UK Chancellor Rishi Sunak addressed the Parliament on Wendesday with his Budget statement, outlining the government fiscal plan said to “protect the jobs and livelihoods of the British people”.
Announcing the government’s decision on taxation, the Chancellor said the policy was fair. Sunak told MPs that the government will freeze personal tax thresholds and won’t raise the rates of income tax, national insurance or VAT.
He also announced an increase in corporation tax from 19% to 25%. The increase of the rate will not take effect until April 2023.
The corporation tax rate was cut to 19% from 2017 and was supposed to be reduced further to 18% and then 17% but has been held at 19%.
Rabbit in the Hat
What many have dubbed as the Budget’s rabbit in the hat was the announcement of first eight Freeport locations in England.
A Freeport is a place to carry business inside a country’s land border but where different customs rules apply.
The UK bespoke, flexible Freeports model goes further, combining customs zones with tax reliefs, planning freedoms and support for regeneration and innovation, according to the Budget.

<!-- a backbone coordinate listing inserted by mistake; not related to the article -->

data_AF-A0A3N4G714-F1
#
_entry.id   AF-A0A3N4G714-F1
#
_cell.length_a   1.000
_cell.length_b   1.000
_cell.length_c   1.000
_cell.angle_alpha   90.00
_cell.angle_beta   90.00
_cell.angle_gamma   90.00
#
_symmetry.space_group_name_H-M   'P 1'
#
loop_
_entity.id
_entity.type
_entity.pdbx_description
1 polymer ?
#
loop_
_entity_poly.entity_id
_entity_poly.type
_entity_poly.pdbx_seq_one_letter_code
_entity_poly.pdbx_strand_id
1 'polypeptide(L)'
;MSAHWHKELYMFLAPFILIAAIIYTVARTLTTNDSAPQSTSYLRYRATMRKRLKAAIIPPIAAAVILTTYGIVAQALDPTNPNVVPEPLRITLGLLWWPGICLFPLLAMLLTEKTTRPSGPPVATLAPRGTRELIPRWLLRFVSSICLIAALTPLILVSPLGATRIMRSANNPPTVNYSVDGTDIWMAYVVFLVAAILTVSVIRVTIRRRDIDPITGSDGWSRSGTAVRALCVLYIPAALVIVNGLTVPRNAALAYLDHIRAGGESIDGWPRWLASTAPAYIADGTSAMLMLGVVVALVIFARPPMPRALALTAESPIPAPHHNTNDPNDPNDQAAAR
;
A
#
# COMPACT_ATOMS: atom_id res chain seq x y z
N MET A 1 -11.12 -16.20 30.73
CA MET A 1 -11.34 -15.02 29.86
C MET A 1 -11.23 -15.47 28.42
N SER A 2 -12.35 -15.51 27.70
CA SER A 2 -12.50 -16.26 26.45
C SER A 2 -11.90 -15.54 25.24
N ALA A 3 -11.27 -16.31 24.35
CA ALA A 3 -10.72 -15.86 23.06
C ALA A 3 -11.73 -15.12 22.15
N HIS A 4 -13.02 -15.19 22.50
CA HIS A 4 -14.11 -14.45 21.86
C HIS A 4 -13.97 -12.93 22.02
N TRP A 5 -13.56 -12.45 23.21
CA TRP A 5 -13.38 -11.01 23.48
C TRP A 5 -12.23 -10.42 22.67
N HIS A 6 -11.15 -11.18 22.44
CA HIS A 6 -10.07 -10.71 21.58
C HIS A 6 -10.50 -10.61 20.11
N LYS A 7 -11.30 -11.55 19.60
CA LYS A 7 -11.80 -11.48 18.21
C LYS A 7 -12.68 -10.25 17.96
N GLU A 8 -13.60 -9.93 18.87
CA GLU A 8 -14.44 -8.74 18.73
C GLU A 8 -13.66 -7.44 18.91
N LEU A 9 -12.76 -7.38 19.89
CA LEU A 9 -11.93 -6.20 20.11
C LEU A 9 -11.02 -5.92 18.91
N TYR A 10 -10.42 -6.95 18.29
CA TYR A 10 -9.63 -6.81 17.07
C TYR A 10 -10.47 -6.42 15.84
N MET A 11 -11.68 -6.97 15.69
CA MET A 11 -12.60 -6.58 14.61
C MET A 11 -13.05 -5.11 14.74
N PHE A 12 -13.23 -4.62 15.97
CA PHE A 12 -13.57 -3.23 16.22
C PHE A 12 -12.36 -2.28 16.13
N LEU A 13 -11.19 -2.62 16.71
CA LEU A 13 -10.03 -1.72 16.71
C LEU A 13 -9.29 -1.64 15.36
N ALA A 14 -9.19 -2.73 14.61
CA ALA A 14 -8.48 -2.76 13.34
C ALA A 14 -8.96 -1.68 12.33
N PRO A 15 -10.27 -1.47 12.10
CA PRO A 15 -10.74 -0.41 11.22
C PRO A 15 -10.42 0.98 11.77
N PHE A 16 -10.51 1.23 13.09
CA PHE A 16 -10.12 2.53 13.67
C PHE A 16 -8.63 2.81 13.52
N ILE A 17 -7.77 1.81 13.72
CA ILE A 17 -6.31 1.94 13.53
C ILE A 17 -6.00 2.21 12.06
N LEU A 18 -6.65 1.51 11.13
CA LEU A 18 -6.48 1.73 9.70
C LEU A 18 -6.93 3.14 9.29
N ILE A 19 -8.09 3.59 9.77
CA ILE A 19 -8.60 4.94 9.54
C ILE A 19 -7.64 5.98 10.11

The list of locations includes Thames (including London gateway Port and the Port of Tilbury), Liverpool City Region, Solent, East Midlands, Freeport East (Felixstowe and Harwich), Plymouth and South Devon, Humber, Teesside.
Sunak told MPs he “will do whatever it takes” to help UK economy recover. The Chancellor elaborated on the three-part plan, which aims to provide continued support for people and businesses, fix public finances and begin “work of building our future economy.”
The furlough scheme, securing financial support for British workers, will be extended until end of September. There will be no change to the terms for employees, who will continue receiving 80 percent of their salary in furlough payouts.
Among schemes extended until September will be self-employment grants and Universal Credit uplift. Sunak confirmed more money to tackle domestic violence, bigger incentives to hire apprentices, higher grants to struggling businesses, extra funds for culture, arts and sport, and new loan schemes to finance businesses.
The incentive payments the government gives businesses will be doubled to 3,000 pounds – that’s for all new hires, of any age, explained Sunak.
The government also plans to invest 126 million pounds of new money to triple the number of traineeships.
Sunak also announced the forecast by the Office for Budgetary Responsibility (OBR) that expects the economy to return to its pre-Covid level by the middle of 2021 – “six months earlier than they previously thought.”
The Budget statement comes after months of economic downfall in the UK caused by the Covid-19 pandemic, with loss of 700,000 jobs and the highest government borrowing outside of war time.